The incubation period from the time the dog first contracts the infection to the time that symptoms develop is typically between 3 to 10 days, and the symptoms can last for days to weeks.
Kennel cough causes a variety of symptoms that can vary in severity.

  • Signs of upper respiratory problems such as conjunctivitis (irritated eyes), rhinitis (runny nose) or sneezing may be observed.

  • Cough. The classic symptoms are bouts of a loud, honking cough that worsen with activity or excitement and can persist for minutes. The dog will often act as if something is stuck in the throat and retch or vomit up fluid after coughing. If secondary pneumonia develops, the dog often shows signs of illness such as loss of appetite, depression, or fever.

  • Loss of appetite

  • Depression

  • Fever

  • Difficult breathing

    Any of these signs should prompt a visit to see your veterinarian in order to be certain pneumonia has not set in.

  • To prevent the spread of kennel cough, keep your dog away from other dogs for at least two weeks after recovery. In addition, do the following:

  • Limit exercise and enforce periods of rest; don't exercise or play with your dog. Activity often initiates periods of loud, uncomfortable coughing.

  • Encourage adequate fluid intake to maintain hydration. Provide soft food if dry food irritates the throat.

  • If your dog normally wears a restraint collar, remove it or replace it with a harness to decrease airway irritation.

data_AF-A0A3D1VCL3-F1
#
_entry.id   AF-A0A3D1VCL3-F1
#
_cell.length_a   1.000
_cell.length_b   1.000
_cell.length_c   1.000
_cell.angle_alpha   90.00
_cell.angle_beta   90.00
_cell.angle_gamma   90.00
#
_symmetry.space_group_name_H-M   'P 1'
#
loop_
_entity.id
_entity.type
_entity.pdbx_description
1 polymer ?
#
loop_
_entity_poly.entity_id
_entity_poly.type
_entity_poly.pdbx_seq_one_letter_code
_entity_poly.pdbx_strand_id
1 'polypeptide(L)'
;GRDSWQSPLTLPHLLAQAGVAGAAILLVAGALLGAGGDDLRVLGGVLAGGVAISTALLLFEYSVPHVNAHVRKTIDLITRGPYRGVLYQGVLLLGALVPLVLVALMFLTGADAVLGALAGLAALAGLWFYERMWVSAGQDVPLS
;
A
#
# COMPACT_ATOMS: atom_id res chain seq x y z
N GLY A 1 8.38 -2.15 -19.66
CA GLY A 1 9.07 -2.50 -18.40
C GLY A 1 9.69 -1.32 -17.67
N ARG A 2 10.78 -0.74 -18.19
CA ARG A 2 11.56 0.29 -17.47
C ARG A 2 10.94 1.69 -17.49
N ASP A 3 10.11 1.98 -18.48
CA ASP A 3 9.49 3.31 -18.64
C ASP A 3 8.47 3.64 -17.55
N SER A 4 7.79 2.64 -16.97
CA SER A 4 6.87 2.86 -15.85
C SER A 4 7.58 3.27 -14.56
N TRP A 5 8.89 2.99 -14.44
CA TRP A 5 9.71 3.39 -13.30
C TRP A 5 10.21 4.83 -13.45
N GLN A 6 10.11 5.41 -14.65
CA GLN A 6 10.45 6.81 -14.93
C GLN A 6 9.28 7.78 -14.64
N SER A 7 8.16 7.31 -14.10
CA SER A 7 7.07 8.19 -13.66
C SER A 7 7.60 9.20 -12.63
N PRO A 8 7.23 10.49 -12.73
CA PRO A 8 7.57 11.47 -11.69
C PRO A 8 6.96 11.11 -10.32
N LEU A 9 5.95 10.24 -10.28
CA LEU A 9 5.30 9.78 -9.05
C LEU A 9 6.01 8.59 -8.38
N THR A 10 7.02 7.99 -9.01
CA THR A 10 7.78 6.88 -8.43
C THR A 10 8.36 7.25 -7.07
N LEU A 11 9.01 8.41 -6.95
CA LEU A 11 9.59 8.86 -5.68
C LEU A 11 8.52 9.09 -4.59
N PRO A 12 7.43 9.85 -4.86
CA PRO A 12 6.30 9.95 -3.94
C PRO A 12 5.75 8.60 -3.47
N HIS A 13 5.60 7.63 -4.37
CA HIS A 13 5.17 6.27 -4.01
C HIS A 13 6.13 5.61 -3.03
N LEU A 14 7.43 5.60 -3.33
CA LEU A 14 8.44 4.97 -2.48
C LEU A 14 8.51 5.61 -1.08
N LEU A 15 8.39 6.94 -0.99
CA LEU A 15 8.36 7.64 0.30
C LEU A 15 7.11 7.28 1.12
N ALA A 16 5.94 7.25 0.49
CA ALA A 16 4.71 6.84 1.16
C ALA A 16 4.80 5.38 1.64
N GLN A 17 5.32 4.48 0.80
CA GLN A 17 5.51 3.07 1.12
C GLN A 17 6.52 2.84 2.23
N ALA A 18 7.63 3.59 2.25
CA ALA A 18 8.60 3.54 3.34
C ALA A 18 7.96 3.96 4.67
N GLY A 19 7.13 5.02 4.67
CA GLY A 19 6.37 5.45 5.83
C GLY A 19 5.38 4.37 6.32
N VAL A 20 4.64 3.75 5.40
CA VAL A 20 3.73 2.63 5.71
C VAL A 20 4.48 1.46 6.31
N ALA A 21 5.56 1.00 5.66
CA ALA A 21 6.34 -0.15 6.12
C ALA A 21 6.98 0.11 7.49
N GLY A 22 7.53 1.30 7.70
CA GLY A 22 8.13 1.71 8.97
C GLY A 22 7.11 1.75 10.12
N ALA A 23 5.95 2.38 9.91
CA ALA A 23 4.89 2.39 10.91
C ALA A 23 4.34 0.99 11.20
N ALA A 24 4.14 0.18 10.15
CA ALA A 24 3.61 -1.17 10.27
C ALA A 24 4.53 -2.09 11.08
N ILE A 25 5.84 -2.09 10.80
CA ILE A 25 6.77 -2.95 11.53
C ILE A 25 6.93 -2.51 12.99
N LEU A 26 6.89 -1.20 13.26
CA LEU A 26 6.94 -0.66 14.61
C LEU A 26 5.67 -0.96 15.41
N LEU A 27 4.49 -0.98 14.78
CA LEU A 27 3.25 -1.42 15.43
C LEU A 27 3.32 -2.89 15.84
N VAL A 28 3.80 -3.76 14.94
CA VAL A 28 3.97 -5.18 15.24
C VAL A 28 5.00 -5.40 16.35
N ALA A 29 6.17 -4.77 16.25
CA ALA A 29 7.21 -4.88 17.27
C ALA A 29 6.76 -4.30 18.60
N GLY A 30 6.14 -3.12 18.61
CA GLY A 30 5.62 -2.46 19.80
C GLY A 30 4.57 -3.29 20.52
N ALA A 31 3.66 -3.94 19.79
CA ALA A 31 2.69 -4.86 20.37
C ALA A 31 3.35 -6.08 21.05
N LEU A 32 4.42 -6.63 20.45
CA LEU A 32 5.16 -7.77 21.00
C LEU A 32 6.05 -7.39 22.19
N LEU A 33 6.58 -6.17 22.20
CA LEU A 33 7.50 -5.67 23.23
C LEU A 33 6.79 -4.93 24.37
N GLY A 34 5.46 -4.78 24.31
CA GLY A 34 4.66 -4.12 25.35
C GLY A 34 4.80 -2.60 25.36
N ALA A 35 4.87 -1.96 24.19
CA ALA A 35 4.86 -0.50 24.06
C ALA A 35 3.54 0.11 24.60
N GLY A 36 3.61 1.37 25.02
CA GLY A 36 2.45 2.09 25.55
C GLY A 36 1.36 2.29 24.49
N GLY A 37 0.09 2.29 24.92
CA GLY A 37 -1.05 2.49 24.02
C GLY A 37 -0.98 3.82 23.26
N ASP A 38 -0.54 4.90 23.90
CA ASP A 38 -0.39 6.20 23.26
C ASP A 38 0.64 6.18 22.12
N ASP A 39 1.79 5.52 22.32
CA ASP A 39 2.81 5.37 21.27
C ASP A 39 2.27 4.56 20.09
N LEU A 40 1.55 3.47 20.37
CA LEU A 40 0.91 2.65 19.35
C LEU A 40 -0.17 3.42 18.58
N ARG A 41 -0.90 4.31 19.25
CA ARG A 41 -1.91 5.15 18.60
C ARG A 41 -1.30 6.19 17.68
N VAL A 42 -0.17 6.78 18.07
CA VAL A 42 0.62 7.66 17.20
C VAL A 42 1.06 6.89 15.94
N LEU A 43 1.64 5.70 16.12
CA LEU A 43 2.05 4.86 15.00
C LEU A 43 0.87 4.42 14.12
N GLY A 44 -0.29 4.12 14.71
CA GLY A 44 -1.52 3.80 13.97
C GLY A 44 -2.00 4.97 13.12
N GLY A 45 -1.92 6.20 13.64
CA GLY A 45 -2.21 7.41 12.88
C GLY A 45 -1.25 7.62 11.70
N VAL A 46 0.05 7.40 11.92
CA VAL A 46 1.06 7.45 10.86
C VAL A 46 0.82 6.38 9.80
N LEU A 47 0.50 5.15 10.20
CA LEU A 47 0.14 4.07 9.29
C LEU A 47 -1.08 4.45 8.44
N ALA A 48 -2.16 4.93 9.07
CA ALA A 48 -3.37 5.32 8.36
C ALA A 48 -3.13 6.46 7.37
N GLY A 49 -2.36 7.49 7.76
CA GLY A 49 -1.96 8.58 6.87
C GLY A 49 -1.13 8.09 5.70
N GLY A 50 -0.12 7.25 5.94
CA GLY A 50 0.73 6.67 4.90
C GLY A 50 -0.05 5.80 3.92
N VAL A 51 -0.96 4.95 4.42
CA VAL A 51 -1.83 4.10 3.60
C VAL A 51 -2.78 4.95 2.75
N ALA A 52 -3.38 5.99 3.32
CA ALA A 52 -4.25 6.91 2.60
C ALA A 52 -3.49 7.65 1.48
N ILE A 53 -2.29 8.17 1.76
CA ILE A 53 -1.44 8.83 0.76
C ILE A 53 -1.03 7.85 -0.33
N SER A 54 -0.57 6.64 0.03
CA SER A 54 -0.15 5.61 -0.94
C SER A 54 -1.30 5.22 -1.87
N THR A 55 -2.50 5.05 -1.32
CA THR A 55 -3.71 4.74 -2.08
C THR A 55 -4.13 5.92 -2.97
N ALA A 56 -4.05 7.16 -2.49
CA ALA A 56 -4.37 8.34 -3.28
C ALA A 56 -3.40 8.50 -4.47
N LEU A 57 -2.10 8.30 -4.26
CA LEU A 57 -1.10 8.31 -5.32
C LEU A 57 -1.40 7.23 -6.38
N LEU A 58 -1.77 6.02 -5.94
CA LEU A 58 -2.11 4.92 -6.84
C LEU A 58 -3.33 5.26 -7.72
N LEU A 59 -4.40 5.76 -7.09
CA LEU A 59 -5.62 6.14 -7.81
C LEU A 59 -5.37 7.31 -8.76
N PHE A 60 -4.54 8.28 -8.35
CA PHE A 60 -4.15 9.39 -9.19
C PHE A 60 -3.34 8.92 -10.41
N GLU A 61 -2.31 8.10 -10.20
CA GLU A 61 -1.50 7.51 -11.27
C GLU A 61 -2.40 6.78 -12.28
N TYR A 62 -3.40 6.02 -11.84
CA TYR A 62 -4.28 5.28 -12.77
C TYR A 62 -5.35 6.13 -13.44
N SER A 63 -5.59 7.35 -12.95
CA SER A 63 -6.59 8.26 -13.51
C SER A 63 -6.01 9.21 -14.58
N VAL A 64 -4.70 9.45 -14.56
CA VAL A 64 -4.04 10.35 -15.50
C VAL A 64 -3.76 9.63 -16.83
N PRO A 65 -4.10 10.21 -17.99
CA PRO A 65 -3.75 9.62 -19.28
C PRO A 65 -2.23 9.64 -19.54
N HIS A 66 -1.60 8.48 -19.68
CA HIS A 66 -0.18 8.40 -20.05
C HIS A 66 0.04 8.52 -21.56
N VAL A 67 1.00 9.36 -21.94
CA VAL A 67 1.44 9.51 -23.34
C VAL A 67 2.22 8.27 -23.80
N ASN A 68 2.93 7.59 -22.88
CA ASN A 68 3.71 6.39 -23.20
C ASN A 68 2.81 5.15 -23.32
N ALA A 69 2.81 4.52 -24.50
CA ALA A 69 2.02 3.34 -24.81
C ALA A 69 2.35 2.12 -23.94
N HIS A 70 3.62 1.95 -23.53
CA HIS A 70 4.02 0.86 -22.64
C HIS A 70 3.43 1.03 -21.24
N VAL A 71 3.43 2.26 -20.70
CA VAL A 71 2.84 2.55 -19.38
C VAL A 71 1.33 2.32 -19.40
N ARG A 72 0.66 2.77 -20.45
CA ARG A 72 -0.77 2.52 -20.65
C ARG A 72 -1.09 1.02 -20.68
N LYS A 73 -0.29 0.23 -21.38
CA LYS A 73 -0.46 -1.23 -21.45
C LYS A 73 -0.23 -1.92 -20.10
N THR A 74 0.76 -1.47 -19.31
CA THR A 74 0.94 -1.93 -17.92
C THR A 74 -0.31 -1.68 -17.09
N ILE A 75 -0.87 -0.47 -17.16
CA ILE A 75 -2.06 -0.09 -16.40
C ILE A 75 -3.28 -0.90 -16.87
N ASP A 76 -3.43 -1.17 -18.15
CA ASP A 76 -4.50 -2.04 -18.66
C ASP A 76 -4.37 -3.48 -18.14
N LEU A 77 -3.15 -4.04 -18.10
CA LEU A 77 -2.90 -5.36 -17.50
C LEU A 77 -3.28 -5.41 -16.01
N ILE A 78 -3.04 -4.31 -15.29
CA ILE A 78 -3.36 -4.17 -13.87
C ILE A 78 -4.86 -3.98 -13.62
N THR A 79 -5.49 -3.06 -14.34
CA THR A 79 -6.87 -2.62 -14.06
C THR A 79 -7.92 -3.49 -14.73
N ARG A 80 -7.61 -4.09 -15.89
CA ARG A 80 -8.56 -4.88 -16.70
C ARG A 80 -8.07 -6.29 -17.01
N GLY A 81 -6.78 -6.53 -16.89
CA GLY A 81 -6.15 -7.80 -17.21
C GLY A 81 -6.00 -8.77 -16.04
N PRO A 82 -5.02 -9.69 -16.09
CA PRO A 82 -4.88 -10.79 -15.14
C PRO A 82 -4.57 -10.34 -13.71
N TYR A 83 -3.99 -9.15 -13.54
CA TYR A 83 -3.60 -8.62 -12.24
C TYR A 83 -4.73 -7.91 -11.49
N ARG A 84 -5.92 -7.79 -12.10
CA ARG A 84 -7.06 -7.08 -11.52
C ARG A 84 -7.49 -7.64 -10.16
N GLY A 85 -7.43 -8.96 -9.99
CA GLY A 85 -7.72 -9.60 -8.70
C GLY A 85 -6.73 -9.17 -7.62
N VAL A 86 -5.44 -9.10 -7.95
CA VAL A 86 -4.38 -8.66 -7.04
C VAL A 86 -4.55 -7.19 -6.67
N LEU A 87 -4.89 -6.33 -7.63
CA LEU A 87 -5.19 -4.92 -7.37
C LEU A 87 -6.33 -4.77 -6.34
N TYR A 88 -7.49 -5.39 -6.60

• Avoid environmental stresses including house dust, vapors, chemical fumes and tobacco smoke.

  • To mobilize secretions and reduce coughing, provide humidified air (e.g. a vaporizer in the dog's room or in a steamy bathroom for one or two hours).


  • Advantages of Nasal Vaccination

    There are several advantages to intranasal vaccination of bordetella. Some studies have shown that the nasal method of administration may result in quicker protection. The intranasal vaccine also is intended to protect the animal at the source of the infection, the upper airways.
    Another advantage is that there is not an injection. This is particularly positive for those dogs that are very sensitive and find injection painful.

    Tuesday, January 4, 2011

    Happy New Year! Welcome 2011!

         Well hope we all survived the "holidays"! A new year is upon us and with that comes some exciting news soon to be released regarding our brand new facility that is in the works.

         We recently received a new product that is unlike any other on the market. It's called "Healthy Mouth". If your pet has gingivitis problems, then this is a great product to get. It products comes in pouches that are added to the drinking water. The company claims that is can reduce gingivits by up to 70%! It is available for cats and for dogs. Call us today for more information.

         Something else that is new around the hospital is a new analyzer for in house progesterone testing. Thsi is for breeders that are using it for timing on breedings, normally we would have to wait 24 hours for results. our new instrument  now can offer results in 1/2 hour! NO more waiting!

    Remember, National Dental Health Month is approaching. Call our office for more details on how you can help your pets mouth and save some money all at the same time!